More committed than ever
I would like to thank you for including Mitrice Richardson’s story in the wonderful article you wrote about the League of Women Voters (“Pasadena’s Justice League,” Jan. 13).
LWV is such a worthy organization and I was honored to be invited. Being amongst such women of courage and dedication was a great model for me as I move forward with my nonprofit named in honor of my daughter, MITRICE, Inc.
MITRICE, Inc., formed as a nonprofit organization in December, co-founded with Lauren Sutton and Ronda Hampton. We provide crisis intervention and referral services, education and advocate assistance to individuals and families in crisis, especially those who are mentally and socio-economically disadvantaged, particularly when a loved one has gone missing, through hotline and outreach efforts. We provide education and awareness to organizations, corporate and private businesses and public agencies about the signs of mental health crisis and illness, and how they can assist someone in getting them the proper intervention and medical assistance.
Since my eldest baby Mitrice went missing, then was later found dead in August, my passion and purpose in life (outside of being a mommie to my youngest baby) has become assisting other families in this type of crisis, changing how public agencies and private businesses respond to the mentally ill, which includes bringing awareness through educating them of the subtle signs of mental health issues, and changing practices, procedures and policies in public agencies with respect to how they treat the mentally ill. My co-founders are as committed as I am.
If we can save lives by what we do, then it honors my baby girl’s memory. I painfully miss my daughter every day, and my love for her and the principles and values she upheld refuels my strength every day to press forward with MITRICE, Inc., to make it a gateway to helping others.
Again, thank you, Mr. Uhrich, for keeping Mitrice’s story alive. If anyone would like to help our organization grow, donations are humbly accepted, made out to MITRICE, Inc., 1407 Foothill Blvd., No. 178, La Verne, Calif., 91750.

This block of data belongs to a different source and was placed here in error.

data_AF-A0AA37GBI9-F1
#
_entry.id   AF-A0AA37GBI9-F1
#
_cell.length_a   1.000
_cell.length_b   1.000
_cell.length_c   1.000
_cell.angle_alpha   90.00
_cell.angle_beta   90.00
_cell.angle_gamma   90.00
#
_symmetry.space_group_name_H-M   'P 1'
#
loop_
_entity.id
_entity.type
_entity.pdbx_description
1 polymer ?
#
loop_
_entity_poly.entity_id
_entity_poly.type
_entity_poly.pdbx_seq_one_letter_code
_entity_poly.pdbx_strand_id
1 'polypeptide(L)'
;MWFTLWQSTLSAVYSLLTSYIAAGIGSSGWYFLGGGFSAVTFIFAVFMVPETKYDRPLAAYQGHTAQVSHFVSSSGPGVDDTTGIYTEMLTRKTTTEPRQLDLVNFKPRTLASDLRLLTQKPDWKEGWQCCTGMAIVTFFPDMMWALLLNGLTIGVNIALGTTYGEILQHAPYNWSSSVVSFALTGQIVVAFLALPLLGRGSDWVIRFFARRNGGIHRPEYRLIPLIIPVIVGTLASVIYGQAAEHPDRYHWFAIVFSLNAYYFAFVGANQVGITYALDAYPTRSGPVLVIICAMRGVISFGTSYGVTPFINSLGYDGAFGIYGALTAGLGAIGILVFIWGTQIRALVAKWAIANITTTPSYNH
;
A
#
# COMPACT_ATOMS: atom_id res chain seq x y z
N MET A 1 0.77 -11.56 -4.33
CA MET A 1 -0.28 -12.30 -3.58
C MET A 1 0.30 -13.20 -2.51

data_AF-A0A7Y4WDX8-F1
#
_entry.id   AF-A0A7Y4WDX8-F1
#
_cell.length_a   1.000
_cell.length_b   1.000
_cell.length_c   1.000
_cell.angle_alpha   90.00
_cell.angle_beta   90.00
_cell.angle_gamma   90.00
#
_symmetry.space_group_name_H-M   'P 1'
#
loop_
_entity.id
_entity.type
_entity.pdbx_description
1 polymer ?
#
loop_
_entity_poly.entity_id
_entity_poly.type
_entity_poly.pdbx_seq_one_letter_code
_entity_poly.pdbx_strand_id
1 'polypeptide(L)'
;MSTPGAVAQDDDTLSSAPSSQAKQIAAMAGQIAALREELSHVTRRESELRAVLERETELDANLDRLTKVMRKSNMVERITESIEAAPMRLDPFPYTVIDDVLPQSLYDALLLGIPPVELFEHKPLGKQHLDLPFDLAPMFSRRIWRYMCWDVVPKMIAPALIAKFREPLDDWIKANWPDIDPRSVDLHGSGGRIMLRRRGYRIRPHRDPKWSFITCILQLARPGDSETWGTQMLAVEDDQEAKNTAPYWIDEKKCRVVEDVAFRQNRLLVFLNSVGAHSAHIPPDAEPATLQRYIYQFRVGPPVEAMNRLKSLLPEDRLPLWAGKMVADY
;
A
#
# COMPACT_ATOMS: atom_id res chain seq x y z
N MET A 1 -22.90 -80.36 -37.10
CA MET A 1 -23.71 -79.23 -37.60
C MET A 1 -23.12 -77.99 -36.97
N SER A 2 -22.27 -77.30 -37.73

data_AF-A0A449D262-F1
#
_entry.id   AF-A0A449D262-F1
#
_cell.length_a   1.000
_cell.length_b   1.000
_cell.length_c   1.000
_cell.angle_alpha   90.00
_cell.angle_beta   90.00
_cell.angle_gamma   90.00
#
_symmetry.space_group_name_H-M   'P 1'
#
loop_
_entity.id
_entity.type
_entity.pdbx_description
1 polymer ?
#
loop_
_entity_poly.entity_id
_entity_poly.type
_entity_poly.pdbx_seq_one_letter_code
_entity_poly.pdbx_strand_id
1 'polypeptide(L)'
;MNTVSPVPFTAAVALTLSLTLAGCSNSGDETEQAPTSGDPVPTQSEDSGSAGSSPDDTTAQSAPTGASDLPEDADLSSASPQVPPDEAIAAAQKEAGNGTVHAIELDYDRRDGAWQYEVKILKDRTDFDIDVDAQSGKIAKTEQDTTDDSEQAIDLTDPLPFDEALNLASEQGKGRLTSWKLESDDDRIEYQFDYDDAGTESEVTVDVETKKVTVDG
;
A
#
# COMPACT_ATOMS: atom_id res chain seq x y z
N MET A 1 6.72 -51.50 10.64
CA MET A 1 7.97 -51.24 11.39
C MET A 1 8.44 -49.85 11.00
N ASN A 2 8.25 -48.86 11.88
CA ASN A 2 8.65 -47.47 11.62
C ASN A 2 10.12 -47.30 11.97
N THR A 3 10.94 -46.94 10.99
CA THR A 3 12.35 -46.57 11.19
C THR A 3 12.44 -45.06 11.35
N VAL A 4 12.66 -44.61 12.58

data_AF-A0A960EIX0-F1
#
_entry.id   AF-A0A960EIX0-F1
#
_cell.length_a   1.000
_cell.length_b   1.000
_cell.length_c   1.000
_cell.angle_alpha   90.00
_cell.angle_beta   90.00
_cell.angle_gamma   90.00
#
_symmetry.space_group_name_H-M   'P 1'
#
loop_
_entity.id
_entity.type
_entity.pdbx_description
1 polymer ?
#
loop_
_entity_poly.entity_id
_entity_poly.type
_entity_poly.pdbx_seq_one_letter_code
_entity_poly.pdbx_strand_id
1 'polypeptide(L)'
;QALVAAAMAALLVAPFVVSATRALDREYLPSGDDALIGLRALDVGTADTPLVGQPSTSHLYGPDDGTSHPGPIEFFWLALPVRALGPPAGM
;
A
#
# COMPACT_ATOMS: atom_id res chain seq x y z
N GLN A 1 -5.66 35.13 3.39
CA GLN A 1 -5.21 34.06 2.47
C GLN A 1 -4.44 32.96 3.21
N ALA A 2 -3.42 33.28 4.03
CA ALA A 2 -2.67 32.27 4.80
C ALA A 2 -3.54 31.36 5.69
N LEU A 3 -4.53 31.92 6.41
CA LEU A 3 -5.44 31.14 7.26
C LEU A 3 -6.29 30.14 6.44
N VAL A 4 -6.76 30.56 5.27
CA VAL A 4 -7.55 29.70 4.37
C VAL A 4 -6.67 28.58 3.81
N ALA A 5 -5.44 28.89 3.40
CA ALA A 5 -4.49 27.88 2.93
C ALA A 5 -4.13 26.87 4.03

Many blessings to you.
~LATICE SUTTON, VIA EMAIL
Positive and prominent
Regarding Justin Chapman’s article about the issue of gay teen suicides, bravo! (“Shelter from the storm,” Nov. 18).
Project 10 is mentioned in that article. Project 10 was part of my daughter’s support network during high school, which helped her through this challenging period to be a thriving, “out” college student. However, even more central to her support during high school was another organization which I did not see mentioned, and that is Parents, Families and Friends of Lesbians and Gays, PFLAG.
Once again, thank you for your prominent and positive coverage of this issue and of efforts by local churches and organizations to support LGBT youth!
~RACHEL WING, PASADENA
Shame on LA County
Flood control dams need maintenance and they need dredging. No sane person would dispute this. Native California oaks are an important historical, cultural and environmental resource, and almost no one disputes this. Native oaks are so important, in fact, to what it is to be a Californian that the Los Angeles County Board of Supervisors passed special legislation protecting native oaks with trunks as small as three inches in diameter on all privately owned land, requiring about $10,000 worth of permits, reports and hearings to even trim or prune one.
All of the native California oak trees in the county are protected EXCEPT the ones owned by government. This is an obscenity, as almost all of the native California oaks standing in groups large enough to be ecologically significant are in the hands of government. What is an excessive burden to a person with an ill oak tree in their yard is not even a consideration for government, which has exempted itself from the law.
Recently, Los Angeles County, claiming necessity and public safety, destroyed 100 rare California native oaks that together formed an important wildlife habitat. They claimed the need to dredge flood control basins outweighed any concern for the oaks. Somehow homeowner concerns that an oak may fall on their house are not considered nearly as valid.
Sadly, the county of Los Angeles by taking this action has lost all moral, if not legal authority on the oak tree issue. If oak trees are not so important that government, the servant, must comply, then certainly they are not so important that the people, the masters, must comply.
Worse, however, is the fact that the county of Los Angeles has shown a complete lack of creativity on this issue. There are a myriad of things they could have done with the dirt other than pile it on the stumps of 100 now dead California oaks and what was once wildlife habitat.
They could have separated out the sand from the clay and silt, used the sand for beach restoration and compacted the clay and silt for various kinds of water feature controlling liners at regional parks.
They could have used it to sandbag foothill areas that will have high flood danger for several more years.
They could have used it in road projects to fill in sink holes, wash outs and repair trails.
Those are just a few ideas. There are dozens of more productive less wasteful uses this soil could have been put to had the county of Los Angeles had the slightest concern for optimizing the public good from every expenditure.
Sadly, the county of Los Angeles missed an opportunity here to trumpet its own horn and be a local example of best environmental, fiscal and public stewardship practices. The Board of Supervisors, their department heads and the entire Los Angeles County staff let themselves and the people of California down by the unwarranted destruction of this native oak woodland habitat.
No governmental body should be allowed to place any burden upon the public it will not first impose upon itself.
~STEVEN S. LAMB, ALTADENA